Mozilla Defies DHS Internet Censorship Request

Monday, May 09, 2011



Mozilla, the non-profit company behind the Firefox Web browser, has initially refused a Department of Homeland Security request to remove a third-party tool that allows users to circumvent government URL blocking efforts.

Immigration and Customs Enforcement, a division of DHS, has seized dozens of domains in an effort to crack down on piracy and copyright infringement, blocking access to the sanctioned websites via the most common domain URL.

The Firefox plugin, known as MafiaaFire, is an automatic redirection tool that matches seized domain names with alternate URLs, thus rendering the government's domain blocking efforts ineffective.

"Our approach is to comply with valid court orders, warrants, and legal mandates, but in this case there was no such court order," wrote Mozilla's legal counsel Harvey Anderson.

In an effort to better understand the DHS position on the removal of the MafiaaFire tool, Mozilla's Anderson subsequently sent the following email to DHS officials asking for legal clarification regarding the request:

April 19, 2011 email from Mozilla to US Department of Homeland Security Special Agent

To help us evaluate the Department of Homeland Security's request to take-down/remove the add-on from Mozilla's websites, can you please providethe following additional information:

1. Have any courts determined that is unlawful or illegal inany way? If so, on what basis? (Please provide any relevant rulings)

2. Have any courts determined that the seized domains related to are unlawful, illegal or liable for infringement in any way? (please provide relevant rulings)

3. Is Mozilla legally obligated to disable the add-on or is this request based on other reasons? If other reasons, can you please specify.

4. Has DHS, or any copyright owners involved in this matter, taken any legal action against or the seized domains, including DMCA requests?

5. What protections are in place for or the seized domain owners if eventually a court decides they were not unlawful?

6. Can you please provide copies of any briefs that accompanied the affidavit considered by the court that issued the relevant seizure orders?

7. Can you please provide a copy of the relevant seizure order upon which your request to Mozilla to take down is based?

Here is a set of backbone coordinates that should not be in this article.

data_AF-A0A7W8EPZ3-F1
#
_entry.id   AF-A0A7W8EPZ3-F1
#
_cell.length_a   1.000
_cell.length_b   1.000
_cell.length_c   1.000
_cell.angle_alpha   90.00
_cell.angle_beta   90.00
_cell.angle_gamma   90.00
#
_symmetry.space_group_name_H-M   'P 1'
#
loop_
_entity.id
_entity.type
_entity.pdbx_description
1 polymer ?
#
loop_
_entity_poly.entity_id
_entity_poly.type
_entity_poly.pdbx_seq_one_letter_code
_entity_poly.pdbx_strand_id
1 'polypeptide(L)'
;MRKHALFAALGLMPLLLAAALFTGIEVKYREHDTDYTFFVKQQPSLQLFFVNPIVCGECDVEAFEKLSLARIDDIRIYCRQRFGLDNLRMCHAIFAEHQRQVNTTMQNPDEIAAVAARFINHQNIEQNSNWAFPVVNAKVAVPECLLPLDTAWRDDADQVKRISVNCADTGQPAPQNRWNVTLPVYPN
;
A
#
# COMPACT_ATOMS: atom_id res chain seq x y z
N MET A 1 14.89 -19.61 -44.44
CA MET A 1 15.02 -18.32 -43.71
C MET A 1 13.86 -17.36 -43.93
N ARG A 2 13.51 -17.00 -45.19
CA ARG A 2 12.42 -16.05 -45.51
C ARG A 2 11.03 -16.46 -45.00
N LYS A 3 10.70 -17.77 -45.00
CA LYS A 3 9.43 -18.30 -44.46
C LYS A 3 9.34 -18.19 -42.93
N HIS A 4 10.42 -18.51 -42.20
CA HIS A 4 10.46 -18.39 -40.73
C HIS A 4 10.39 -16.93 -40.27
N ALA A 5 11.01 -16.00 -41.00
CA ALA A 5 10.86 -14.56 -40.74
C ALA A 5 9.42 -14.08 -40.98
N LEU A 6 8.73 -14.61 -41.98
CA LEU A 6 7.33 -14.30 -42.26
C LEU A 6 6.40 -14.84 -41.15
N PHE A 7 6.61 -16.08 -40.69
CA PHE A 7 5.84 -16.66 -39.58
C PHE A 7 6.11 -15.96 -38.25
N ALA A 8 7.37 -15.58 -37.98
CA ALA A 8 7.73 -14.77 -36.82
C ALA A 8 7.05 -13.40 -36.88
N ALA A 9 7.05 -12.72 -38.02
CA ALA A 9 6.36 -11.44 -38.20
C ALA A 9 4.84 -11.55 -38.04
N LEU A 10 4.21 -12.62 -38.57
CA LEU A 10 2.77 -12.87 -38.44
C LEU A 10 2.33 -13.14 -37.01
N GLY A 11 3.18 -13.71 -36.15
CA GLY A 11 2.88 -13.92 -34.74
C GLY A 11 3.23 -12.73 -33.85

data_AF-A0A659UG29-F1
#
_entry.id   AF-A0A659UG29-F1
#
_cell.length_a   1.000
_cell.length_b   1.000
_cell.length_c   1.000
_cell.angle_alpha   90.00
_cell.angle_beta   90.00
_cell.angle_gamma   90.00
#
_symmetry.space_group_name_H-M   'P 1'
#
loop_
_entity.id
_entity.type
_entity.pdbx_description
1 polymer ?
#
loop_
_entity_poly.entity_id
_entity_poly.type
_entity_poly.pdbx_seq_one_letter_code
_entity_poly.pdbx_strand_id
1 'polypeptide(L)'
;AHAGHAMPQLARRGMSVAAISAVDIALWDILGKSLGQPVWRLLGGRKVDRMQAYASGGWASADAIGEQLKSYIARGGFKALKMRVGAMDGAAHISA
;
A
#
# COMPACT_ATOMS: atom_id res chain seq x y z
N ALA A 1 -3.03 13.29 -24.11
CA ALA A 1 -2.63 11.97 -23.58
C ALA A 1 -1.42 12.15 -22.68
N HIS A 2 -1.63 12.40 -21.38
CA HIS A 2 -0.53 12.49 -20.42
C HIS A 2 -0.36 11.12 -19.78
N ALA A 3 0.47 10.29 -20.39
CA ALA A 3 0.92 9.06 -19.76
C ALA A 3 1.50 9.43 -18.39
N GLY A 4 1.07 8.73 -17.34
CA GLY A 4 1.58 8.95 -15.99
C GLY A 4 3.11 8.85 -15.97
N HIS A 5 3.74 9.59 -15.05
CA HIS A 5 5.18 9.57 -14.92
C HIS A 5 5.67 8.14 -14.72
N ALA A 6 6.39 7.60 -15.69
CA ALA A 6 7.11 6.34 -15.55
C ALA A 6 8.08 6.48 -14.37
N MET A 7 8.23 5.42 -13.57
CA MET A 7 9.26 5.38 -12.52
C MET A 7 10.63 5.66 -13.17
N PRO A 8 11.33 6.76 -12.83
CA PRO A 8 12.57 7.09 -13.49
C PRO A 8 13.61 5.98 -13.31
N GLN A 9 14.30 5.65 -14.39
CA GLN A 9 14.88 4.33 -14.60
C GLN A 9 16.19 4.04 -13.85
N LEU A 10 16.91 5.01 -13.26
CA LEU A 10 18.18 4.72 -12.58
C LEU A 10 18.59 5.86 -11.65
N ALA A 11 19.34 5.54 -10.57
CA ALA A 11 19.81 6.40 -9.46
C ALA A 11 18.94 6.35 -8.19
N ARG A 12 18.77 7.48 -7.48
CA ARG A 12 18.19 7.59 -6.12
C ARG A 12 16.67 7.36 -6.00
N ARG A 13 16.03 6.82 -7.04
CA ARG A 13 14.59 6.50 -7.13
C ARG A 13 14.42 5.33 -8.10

8. Please identify exactly what the infringements by the owners of the domains consisted of, with reference to the substantive standards of Section 106 andto any case law establishing that the actions of the seized domain owners constituted civil or criminal copyright infringement.

9. Did any copyright owners furnish affidavits in connection with the domain seizures? Had any copyright owners served DMCA takedown notices on the seizeddomains or (if so please provide us with a copy)

10. Has the Government furnished the domain owners with formal notice of the seizures, triggering the time period for a response by the owners? If so, when,and have there been any responses yet by owners?11. Has the Government communicated its concerns directly with so, what response, if any, did make?

No court has yet ruled that the MafiaaFire tool performs an illicit service, and until DHS can demonstrate that the redirects violate the law, Mozilla is unwilling to comply with the request to remove the tool.

DHS will be hard pressed to enforce the request to discontinue offering the MafiaaFire redirects unless Congress enacts legislation that makes the practice illegal, and even then there likely would be a challenge to such a prohibition on constitutional grounds.

"Whether the add-on is unlawful, or whether any speech is unlawful, is for the courts to determine, not for DHS to determine. Nobody from DHS should be going around trying to get speech removed from the Internet before a court decides," said Aden Fine, staff attorney with the ACLU.


Possibly Related Articles:
Firefox Mozilla Tools Plug-Ins Domain DHS Censorship MafiaaFire
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